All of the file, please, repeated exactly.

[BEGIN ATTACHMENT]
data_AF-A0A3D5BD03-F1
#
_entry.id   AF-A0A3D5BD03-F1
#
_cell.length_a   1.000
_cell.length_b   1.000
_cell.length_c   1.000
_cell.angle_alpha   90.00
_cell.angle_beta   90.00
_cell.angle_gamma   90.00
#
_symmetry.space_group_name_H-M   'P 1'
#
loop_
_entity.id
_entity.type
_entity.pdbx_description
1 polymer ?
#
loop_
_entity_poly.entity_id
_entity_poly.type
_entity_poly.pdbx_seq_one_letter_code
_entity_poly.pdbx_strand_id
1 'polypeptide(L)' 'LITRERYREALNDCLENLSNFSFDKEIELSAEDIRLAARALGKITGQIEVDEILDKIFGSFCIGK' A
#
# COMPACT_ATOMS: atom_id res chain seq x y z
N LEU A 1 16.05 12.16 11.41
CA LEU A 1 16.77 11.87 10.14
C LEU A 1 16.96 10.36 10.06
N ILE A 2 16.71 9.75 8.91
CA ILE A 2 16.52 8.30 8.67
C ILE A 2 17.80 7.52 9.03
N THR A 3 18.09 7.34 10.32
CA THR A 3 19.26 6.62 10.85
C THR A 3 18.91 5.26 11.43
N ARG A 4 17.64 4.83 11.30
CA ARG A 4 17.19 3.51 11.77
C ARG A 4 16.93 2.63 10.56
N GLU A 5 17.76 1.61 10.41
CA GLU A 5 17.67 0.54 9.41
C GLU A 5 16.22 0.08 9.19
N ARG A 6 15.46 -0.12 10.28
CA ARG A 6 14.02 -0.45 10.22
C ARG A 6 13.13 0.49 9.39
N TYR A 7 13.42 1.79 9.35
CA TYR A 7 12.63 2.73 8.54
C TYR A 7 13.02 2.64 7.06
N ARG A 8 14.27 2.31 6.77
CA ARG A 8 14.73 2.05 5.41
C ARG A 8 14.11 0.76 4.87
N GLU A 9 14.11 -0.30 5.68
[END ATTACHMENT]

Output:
data_AF-A0A3D5BD03-F1
#
_entry.id   AF-A0A3D5BD03-F1
#
_cell.length_a   1.000
_cell.length_b   1.000
_cell.length_c   1.000
_cell.angle_alpha   90.00
_cell.angle_beta   90.00
_cell.angle_gamma   90.00
#
_symmetry.space_group_name_H-M   'P 1'
#
loop_
_entity.id
_entity.type
_entity.pdbx_description
1 polymer ?
#
loop_
_entity_poly.entity_id
_entity_poly.type
_entity_poly.pdbx_seq_one_letter_code
_entity_poly.pdbx_strand_id
1 'polypeptide(L)' 'LITRERYREALNDCLENLSNFSFDKEIELSAEDIRLAARALGKITGQIEVDEILDKIFGSFCIGK' A
#
# COMPACT_ATOMS: atom_id res chain seq x y z
N LEU A 1 16.05 12.16 11.41
CA LEU A 1 16.77 11.87 10.14
C LEU A 1 16.96 10.36 10.06
N ILE A 2 16.71 9.75 8.91
CA ILE A 2 16.52 8.30 8.67
C ILE A 2 17.80 7.52 9.03
N THR A 3 18.09 7.34 10.32
CA THR A 3 19.26 6.62 10.85
C THR A 3 18.91 5.26 11.43
N ARG A 4 17.64 4.83 11.30
CA ARG A 4 17.19 3.51 11.77
C ARG A 4 16.93 2.63 10.56
N GLU A 5 17.76 1.61 10.41
CA GLU A 5 17.67 0.54 9.41
C GLU A 5 16.22 0.08 9.19
N ARG A 6 15.46 -0.12 10.28
CA ARG A 6 14.02 -0.45 10.22
C ARG A 6 13.13 0.49 9.39
N TYR A 7 13.42 1.79 9.35
CA TYR A 7 12.63 2.73 8.54
C TYR A 7 13.02 2.64 7.06
N ARG A 8 14.27 2.31 6.77
CA ARG A 8 14.73 2.05 5.41
C ARG A 8 14.11 0.76 4.87
N GLU A 9 14.11 -0.30 5.68